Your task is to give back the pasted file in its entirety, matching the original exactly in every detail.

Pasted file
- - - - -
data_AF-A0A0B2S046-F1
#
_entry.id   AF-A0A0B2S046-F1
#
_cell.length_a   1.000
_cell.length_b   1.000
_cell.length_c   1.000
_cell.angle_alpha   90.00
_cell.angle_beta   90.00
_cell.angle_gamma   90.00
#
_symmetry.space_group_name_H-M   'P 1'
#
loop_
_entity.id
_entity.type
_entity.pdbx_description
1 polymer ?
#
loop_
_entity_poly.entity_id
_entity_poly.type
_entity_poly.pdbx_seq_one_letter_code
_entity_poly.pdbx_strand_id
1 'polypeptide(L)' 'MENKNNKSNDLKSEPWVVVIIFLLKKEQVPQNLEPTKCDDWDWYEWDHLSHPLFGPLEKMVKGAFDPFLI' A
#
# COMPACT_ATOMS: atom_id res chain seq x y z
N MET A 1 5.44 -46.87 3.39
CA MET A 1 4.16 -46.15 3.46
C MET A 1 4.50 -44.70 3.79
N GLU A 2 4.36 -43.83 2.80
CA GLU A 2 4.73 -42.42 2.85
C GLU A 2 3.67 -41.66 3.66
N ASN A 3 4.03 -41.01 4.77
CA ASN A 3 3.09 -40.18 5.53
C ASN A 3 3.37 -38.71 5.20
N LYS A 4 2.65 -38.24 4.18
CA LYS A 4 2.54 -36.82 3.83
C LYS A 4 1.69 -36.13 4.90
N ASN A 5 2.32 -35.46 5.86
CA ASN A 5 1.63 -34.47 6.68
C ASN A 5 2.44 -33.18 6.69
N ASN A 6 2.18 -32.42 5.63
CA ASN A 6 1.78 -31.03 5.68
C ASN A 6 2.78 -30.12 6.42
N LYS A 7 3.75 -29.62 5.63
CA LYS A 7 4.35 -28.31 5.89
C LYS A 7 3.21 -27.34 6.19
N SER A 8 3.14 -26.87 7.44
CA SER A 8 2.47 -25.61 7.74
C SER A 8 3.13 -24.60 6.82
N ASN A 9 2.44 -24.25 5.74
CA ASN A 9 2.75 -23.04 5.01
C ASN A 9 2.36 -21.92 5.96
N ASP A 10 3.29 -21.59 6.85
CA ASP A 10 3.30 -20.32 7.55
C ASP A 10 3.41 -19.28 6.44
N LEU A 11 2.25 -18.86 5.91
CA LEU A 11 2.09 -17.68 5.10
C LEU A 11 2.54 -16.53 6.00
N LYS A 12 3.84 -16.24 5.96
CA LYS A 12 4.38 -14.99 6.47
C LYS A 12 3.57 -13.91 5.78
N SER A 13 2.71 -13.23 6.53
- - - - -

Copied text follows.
data_AF-A0A0B2S046-F1
#
_entry.id   AF-A0A0B2S046-F1
#
_cell.length_a   1.000
_cell.length_b   1.000
_cell.length_c   1.000
_cell.angle_alpha   90.00
_cell.angle_beta   90.00
_cell.angle_gamma   90.00
#
_symmetry.space_group_name_H-M   'P 1'
#
loop_
_entity.id
_entity.type
_entity.pdbx_description
1 polymer ?
#
loop_
_entity_poly.entity_id
_entity_poly.type
_entity_poly.pdbx_seq_one_letter_code
_entity_poly.pdbx_strand_id
1 'polypeptide(L)' 'MENKNNKSNDLKSEPWVVVIIFLLKKEQVPQNLEPTKCDDWDWYEWDHLSHPLFGPLEKMVKGAFDPFLI' A
#
# COMPACT_ATOMS: atom_id res chain seq x y z
N MET A 1 5.44 -46.87 3.39
CA MET A 1 4.16 -46.15 3.46
C MET A 1 4.50 -44.70 3.79
N GLU A 2 4.36 -43.83 2.80
CA GLU A 2 4.73 -42.42 2.85
C GLU A 2 3.67 -41.66 3.66
N ASN A 3 4.03 -41.01 4.77
CA ASN A 3 3.09 -40.18 5.53
C ASN A 3 3.37 -38.71 5.20
N LYS A 4 2.65 -38.24 4.18
CA LYS A 4 2.54 -36.82 3.83
C LYS A 4 1.69 -36.13 4.90
N ASN A 5 2.32 -35.46 5.86
CA ASN A 5 1.63 -34.47 6.68
C ASN A 5 2.44 -33.18 6.69
N ASN A 6 2.18 -32.42 5.63
CA ASN A 6 1.78 -31.03 5.68
C ASN A 6 2.78 -30.12 6.42
N LYS A 7 3.75 -29.62 5.63
CA LYS A 7 4.35 -28.31 5.89
C LYS A 7 3.21 -27.34 6.19
N SER A 8 3.14 -26.87 7.44
CA SER A 8 2.47 -25.61 7.74
C SER A 8 3.13 -24.60 6.82
N ASN A 9 2.44 -24.25 5.74
CA ASN A 9 2.75 -23.04 5.01
C ASN A 9 2.36 -21.92 5.96
N ASP A 10 3.29 -21.59 6.85
CA ASP A 10 3.30 -20.32 7.55
C ASP A 10 3.41 -19.28 6.44
N LEU A 11 2.25 -18.86 5.91
CA LEU A 11 2.09 -17.68 5.10
C LEU A 11 2.54 -16.53 6.00
N LYS A 12 3.84 -16.24 5.96
CA LYS A 12 4.38 -14.99 6.47
C LYS A 12 3.57 -13.91 5.78
N SER A 13 2.71 -13.23 6.53